In the wake of a string of deadly bombings that shook Austin, Texas and surrounding areas in recent weeks, the city's police chief called the suspect a "domestic terrorist," even though the incidents have not been formally labeled as such by the feds.
The declaration by Chief Brian Manley came during a panel discussion this morning hosted by the local NPR station KUT that was focused on the handling of the bombings.
"I actually agree now that he was a domestic terrorist for what he did to us," Manley said, according to KUT.
"This is a distinction I wanted to make today," Manley said, according to The Austin American-Statesman.
During the panel, Manley reportedly said that he hadn't made that declaration earlier because "I was so focused that we put a stop to it" but he felt appropriate categorizing it as domestic terrorism "for what it did to our community," The Statesman reported.
The terrorism label is significant because authorities, including Manley, had not used that classification previously.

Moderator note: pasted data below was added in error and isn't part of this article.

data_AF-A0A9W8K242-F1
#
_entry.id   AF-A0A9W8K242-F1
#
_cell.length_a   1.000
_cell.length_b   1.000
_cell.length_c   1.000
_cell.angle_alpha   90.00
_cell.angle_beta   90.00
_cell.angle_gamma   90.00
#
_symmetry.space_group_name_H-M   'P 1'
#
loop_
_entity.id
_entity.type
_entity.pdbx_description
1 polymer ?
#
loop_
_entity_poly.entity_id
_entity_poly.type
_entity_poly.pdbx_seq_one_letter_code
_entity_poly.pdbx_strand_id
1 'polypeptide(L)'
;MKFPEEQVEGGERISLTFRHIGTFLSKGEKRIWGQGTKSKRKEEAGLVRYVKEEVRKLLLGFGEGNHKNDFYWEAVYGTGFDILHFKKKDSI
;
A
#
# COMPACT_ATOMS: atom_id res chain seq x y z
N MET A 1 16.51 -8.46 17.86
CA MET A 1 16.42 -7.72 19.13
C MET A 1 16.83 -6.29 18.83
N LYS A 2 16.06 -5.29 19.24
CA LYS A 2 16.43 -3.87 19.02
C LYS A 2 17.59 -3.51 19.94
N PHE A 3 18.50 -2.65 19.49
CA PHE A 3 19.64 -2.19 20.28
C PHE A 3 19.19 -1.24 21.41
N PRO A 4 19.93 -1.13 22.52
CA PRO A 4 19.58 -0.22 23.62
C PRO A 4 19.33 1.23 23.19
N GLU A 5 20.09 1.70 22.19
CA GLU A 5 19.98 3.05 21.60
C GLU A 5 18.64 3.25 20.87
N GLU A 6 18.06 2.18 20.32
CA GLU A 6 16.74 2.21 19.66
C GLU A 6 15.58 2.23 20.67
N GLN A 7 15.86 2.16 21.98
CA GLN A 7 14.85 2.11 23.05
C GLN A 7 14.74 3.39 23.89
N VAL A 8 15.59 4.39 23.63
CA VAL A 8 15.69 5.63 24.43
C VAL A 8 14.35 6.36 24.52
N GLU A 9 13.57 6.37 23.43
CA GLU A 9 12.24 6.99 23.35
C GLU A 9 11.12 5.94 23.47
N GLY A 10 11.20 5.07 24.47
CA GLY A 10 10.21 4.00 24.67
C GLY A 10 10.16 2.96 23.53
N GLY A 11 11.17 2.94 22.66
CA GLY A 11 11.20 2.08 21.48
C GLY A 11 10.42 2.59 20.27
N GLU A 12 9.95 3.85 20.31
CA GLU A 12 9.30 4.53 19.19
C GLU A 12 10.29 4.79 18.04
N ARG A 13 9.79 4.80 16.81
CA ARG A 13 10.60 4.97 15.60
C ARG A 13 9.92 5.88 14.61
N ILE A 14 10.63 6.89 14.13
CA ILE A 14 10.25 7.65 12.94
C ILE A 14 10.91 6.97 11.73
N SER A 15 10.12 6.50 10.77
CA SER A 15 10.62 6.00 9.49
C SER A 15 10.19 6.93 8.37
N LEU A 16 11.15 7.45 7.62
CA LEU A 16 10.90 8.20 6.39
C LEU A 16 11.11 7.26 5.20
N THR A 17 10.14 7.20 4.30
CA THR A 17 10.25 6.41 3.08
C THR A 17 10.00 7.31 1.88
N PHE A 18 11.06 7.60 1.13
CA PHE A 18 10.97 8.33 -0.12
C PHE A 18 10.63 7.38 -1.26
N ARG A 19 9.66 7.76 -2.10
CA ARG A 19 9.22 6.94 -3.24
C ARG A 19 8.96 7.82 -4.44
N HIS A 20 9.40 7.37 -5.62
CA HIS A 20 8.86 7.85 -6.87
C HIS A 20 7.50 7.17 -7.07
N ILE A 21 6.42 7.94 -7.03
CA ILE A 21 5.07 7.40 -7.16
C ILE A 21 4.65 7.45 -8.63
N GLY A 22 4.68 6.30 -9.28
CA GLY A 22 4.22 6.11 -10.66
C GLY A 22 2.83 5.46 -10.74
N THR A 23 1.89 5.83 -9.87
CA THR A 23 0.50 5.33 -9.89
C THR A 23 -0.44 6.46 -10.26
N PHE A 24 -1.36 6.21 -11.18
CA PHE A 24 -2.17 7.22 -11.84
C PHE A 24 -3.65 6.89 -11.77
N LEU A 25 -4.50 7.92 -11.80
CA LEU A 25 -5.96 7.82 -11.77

Under U.S. law, "domestic terrorism" is defined by statute and has to be intended to: "intimidate or coerce a civilian population"; or "influence the policy of a government by intimidation or coercion"; or "affect the conduct of a government by mass destruction, assassination, or kidnapping."
Doing so would increase the FBI's involvement in the case, but would not change the penalties without a hates crime designation.
The confession video found on the phone of the bomber, Mark Anthony Conditt, who was killed in a blast as police closed in on his vehicle, reportedly did not mention specific threats of terrorism.
"He does not at all mention anything about terrorism, nor does he mention anything about hate," Manley said on March 21.
"But, instead, it is the outcry of a very challenged young man talking about challenges in his personal life that led him to this point," he said.